Torbay Film Club, Babbacombe 2 March Torbay Film Club are showing The Verdict, a powerful courtroom drama starring Paul Newman. Door opens at 7pm for a 7.30pm start. Tickets: non-members £5.50. St Matthias Church, Babbacombe Road, Torquay TQ1 1HW torbayfilmclub.co.uk February/March 2017
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What’s On Indian Regional Cookery, Occombe 5 March
Conservation Conversation, Paignton Zoo 9 March
This Indian cookery day will include allow you to try out some favourites such as Rogan Josh or Chicken Tikka Masala, as well as some less well known dishes like Keralan pea & mushroom curry and Gujerato green beans, and some Daal dishes with some different flavours. Cost: 75.00, suitable for: adults. Occombe Farm Cookery School, Preston Down Road, Paignton TQ3 1RN 01803 520022 countryside-trust.org.uk
Attend an exciting evening of talks on all aspects of conservation, from local to global, from the zoo to the wild. There will be six inspiring speakers throughout the evening including Paul Martin from Devon Wildlife Trust, Stewart Muir from Save Vietnam’s Wildlife and Paul Cox from the Sharktrust. There will be stands from many local organisations and a chance to chat to the speakers and other people involved in conservation both locally and globally. The evening will be great for anyone interested in conservation around the world and especially for A level, Btec and degree students. Refreshments will be available. Cost: £10, time: 6.30pm. Paignton Zoo, Totnes Road, Paignton TQ4 7EU 01803 697500 paigntonzoo.org.uk
Nature Connection Walk 11 March
The Healing Garden, Torquay Museum 7 March In her 2001 book The Healing Garden, Gay Search explored the multiple ways in which gardens and gardening can provide healing for the mind, body and spirit. Gay was a regular presenter on BBC Gardeners World for several years. Time: 10.45am, Cost: free to Torquay Museum Society members, or £5.00 for non-members. 529 Babbacombe Road, Torquay TQ1 1HG 01803 293975 torquaymuseum.org/events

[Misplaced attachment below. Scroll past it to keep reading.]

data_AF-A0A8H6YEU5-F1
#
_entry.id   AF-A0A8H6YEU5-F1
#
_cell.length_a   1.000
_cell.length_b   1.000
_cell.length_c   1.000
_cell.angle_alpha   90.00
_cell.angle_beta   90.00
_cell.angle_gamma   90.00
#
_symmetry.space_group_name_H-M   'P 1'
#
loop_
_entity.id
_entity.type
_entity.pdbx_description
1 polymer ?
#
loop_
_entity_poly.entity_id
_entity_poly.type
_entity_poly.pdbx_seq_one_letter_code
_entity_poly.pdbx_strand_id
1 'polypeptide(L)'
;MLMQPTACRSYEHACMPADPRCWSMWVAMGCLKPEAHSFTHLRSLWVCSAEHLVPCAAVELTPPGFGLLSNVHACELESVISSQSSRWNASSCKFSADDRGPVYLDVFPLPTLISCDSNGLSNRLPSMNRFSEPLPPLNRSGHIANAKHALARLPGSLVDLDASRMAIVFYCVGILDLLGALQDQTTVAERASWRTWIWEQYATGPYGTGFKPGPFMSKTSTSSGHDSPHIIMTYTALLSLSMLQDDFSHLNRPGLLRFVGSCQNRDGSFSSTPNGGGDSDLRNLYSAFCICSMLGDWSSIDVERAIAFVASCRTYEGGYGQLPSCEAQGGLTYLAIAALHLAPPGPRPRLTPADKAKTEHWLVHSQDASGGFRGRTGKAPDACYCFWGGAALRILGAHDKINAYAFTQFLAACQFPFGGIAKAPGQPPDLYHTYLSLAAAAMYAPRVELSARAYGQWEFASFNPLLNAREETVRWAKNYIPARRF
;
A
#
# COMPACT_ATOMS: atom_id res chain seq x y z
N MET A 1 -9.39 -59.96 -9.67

The Spies in the Bungalow Over the Road, Torquay Museum 8 March Gay Search presents: Peter and Helen Kroger - The Spies in the Bungalow over the Road. When Gay was a teenager, her world was turned upside down by an extraordinary and dramatic turn of events. It began one November Day in 1960, when her Mum answered the door to discover MI5 on the doorstep. Time: 10.45am, Cost: free to Torquay Museum Society members, or £5.00 for non-members. 529 Babbacombe Road, Torquay TQ1 1HG 01803 293975 torquaymuseum.org/events englishrivieramagazine.co.uk
A chance to take more time to connect with the natural environment – by bringing our full attention to the present moment, using our senses, some silent walking, short meditation & nature observation. We will do some winter tree identification including learning about their uses, look for signs of spring and sample some early wild foods. Cost: £15, suitable for: 18yrs +, time: 2-5pm, meet Occombe Farm Yurt. Occombe Farm, Preston Down Road, Paignton TQ3 1RN 01803 520022 countryside-trust.org.uk
The World, History & Aims of the Twentieth Century Society, Torquay Museum 14 March Furniture and exhibition designer, Tony Stokoe and architect and former Chair of Plymouth Arts Centre, Tanya Griffiths, talk about the local focus of the Twentieth Century Society, dedicated to safeguarding our architectural and design heritage post-1914. Time: 10.45am, Cost: free to Torquay Museum Society members, or £5.00 for non-members. 529 Babbacombe Road, Torquay TQ1 1HG 01803 293975 torquaymuseum.org/events
Ann Widdecombe: My Life and Times, Torquay Museum 15 March Former MP, Strictly Come Dancing star, author, TV programme maker and Dartmoor champion will be talking about her book My Autobiography. A book February/March 2017
YOUR NEXT PIECE OF ART, IS LOCAL Artizan is an Independent Fine Art Gallery committed to bringing you the work of talented local artists in Torbay and providing a welcoming and unique space for artists and art lovers alike.
F. G. Davis
LOCAL ART - LOCAL ARTISTS 7 Lucius Street, Torquay, TQ2 5UW / (01803) 428626 / www.artizangallery.co.uk
Half term holiday family fun!
Meet Our Animals
Can you find the natural treasures around Occombe Farm? Solve the puzzles and clues to unlock the hidden treasures of Occombe!
Our farm animals want to meet you! They might let you feed them too!
Monday 13th - Friday 17th February 10am- 3pm
£2.50 per person. All ages welcome
Tuesday 14th & Thursday 16th February 10am - 11am
£2.50 per person. Suitable for all ages Booking essential For more information about these events and more call us or visit our website.
Torbay Coast and Countryside Trust
www.countryside-trust.org.uk 01803 520 022
English Riviera Magazine 090117.indd 1
What’s On signing will follow the talk. This is a ticket-only event with a limited capacity so book early. Time: 10.45am, Cost: free to Torquay Museum Society members, or £5.00 for non-members. 529 Babbacombe Road, Torquay TQ1 1HG 01803 293975 torquaymuseum.org/events